Matt Duch, a portfolio manager at Calvert Investments, said there had been an increase in borrowers seeking to add high leverage and "payment-in-kind toggle" deals, which give borrowers the option to pay lenders with more debt rather than cash.
"The strong demand for low-rated high yield could be fostering a generation of paper with subpar structures," he said. "That could definitely be a problem in the future should defaults pick up or financing suddenly become less available."
More from the Financial Times:
Sell-off as markets expect early Fed move
Foreign investors rapidly sell Treasuries
Other demand for Treasuries may wane
Some of the most aggressive deal structures are being proposed in the loan market, which is used for financing leveraged buyouts. There have now been 61 consecutive weeks of inflows into mutual funds and exchange-traded funds specializing in loans, according to Lipper, adding up to $39.1 billion of new money chasing investment opportunities. Some $11.6 billion has been added since June 19.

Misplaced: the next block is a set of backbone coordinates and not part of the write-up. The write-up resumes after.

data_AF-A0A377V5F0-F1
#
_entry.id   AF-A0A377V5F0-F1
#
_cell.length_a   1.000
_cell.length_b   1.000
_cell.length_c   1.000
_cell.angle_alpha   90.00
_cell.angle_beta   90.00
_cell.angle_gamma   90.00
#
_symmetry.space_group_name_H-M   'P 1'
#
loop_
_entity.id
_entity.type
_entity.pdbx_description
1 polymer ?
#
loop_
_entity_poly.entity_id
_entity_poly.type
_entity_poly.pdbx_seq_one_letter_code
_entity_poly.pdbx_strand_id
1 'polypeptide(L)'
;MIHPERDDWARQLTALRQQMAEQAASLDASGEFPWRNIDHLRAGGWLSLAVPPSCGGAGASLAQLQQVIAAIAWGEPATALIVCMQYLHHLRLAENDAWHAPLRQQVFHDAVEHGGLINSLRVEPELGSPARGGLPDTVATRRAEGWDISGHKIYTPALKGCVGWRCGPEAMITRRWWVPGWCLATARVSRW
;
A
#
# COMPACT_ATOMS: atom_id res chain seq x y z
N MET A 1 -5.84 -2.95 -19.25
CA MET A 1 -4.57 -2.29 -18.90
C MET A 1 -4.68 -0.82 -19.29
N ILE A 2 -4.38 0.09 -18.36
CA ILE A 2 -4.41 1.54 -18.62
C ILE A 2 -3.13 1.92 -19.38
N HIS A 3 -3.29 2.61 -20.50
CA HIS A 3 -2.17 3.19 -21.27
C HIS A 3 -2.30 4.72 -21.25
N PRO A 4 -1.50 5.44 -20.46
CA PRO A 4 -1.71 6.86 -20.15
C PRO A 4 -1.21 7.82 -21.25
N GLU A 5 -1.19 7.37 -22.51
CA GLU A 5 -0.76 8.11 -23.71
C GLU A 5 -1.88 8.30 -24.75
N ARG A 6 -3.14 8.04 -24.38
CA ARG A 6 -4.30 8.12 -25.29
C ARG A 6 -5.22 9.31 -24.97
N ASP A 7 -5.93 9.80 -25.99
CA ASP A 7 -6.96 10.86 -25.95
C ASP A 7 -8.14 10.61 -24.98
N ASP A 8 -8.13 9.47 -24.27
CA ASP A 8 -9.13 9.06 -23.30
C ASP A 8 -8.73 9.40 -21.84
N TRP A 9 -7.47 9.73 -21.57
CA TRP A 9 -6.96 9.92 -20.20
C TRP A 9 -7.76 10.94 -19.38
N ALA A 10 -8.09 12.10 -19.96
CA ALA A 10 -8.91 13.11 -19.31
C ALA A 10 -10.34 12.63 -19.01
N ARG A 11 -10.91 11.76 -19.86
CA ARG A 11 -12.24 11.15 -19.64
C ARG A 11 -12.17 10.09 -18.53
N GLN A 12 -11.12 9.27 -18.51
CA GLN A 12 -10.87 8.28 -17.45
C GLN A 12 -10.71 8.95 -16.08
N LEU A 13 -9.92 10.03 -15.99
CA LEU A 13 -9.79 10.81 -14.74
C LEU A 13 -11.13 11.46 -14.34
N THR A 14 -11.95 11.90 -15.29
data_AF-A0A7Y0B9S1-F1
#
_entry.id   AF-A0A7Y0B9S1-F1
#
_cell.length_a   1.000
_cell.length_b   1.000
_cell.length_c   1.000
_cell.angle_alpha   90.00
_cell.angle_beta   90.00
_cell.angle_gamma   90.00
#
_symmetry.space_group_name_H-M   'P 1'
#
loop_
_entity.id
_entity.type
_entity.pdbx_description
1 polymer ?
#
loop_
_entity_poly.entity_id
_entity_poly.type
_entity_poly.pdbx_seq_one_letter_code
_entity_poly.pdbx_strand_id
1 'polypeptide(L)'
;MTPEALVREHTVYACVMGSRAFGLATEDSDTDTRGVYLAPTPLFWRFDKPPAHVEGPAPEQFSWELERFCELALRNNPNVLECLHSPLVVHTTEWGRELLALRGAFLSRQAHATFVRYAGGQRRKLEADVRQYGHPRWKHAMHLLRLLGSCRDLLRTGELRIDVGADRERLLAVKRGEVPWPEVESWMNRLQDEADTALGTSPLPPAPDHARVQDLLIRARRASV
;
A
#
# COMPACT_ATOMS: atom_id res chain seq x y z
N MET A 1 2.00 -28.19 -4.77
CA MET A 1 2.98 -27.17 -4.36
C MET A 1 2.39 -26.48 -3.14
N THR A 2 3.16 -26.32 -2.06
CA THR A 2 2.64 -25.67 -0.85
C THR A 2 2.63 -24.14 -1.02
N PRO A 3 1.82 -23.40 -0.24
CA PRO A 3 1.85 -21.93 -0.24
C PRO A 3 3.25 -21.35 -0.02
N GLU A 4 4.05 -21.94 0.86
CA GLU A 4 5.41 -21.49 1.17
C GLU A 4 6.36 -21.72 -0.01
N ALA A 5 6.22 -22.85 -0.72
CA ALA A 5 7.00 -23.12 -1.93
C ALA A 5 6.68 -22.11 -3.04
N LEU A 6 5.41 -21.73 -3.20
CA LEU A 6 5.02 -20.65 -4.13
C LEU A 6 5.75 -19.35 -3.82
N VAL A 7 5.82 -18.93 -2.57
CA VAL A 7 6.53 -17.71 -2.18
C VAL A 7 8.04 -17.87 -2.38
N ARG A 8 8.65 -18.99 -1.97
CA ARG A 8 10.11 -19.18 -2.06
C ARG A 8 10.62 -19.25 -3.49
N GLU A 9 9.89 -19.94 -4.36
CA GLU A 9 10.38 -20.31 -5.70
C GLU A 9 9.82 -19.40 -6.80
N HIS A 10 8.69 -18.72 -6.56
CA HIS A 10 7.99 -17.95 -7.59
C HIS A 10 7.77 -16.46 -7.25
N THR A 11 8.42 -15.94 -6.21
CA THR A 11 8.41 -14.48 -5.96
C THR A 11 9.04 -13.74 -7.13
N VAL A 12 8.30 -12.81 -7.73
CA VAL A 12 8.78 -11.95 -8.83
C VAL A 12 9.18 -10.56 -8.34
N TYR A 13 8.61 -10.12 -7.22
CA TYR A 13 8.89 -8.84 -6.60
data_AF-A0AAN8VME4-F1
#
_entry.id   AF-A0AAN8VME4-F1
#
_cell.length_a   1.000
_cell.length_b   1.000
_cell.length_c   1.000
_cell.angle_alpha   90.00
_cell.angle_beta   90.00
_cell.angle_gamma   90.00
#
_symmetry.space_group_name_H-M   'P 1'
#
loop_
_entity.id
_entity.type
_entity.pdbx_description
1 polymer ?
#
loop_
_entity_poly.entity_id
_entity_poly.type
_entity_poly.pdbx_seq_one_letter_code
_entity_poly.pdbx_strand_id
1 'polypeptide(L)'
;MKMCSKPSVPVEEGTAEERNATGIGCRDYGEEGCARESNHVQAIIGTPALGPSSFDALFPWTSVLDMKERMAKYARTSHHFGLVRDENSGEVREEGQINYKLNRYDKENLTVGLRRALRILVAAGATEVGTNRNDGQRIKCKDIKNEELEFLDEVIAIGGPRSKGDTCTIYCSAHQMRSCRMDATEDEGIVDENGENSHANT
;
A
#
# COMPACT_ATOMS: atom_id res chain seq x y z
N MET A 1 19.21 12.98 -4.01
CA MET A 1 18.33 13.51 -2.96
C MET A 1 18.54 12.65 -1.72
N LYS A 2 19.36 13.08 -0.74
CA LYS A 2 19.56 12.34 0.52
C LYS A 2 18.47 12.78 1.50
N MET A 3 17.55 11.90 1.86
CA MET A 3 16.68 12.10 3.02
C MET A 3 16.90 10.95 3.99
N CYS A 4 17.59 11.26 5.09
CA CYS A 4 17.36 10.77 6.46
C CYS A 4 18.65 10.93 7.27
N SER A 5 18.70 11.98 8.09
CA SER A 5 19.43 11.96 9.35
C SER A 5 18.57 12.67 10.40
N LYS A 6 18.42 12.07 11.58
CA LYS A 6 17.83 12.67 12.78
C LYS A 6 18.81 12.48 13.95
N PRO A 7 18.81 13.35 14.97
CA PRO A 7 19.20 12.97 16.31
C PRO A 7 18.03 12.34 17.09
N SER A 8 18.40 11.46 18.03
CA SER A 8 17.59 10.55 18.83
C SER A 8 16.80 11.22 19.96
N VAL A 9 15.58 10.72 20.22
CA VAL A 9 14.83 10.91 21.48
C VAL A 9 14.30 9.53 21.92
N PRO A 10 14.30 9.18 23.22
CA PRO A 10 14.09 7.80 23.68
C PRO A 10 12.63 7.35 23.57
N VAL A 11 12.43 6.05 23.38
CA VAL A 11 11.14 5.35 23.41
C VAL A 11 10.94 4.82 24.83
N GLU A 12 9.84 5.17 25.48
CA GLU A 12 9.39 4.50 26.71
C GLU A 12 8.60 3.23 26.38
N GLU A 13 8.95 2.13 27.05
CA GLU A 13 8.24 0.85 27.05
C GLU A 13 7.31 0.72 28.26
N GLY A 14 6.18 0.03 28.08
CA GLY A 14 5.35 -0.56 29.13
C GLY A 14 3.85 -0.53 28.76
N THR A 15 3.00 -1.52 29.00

Because loans offer a floating rate of interest, they are seen by investors as insulated from the risks of rising rates as the Fed tapers QE.
(Read more: Dovish or hawkish? Fed message could get markets flying)
The US software group BMC, which was acquired by a private equity consortium led by Bain Capital and Golden Gate Capital, this month sold $5.86 billion of debt with only light covenant protections for investors and with an unusual provision giving more freedom to sell assets before repaying lenders.
The use of "covenant-lite" loans has re-accelerated since Mr Bernanke's remarks, accounting for 58 percent of all loan issuance so far this month. That puts August on course to be the second highest month ever, after January 2013, according to S&P Capital IQ.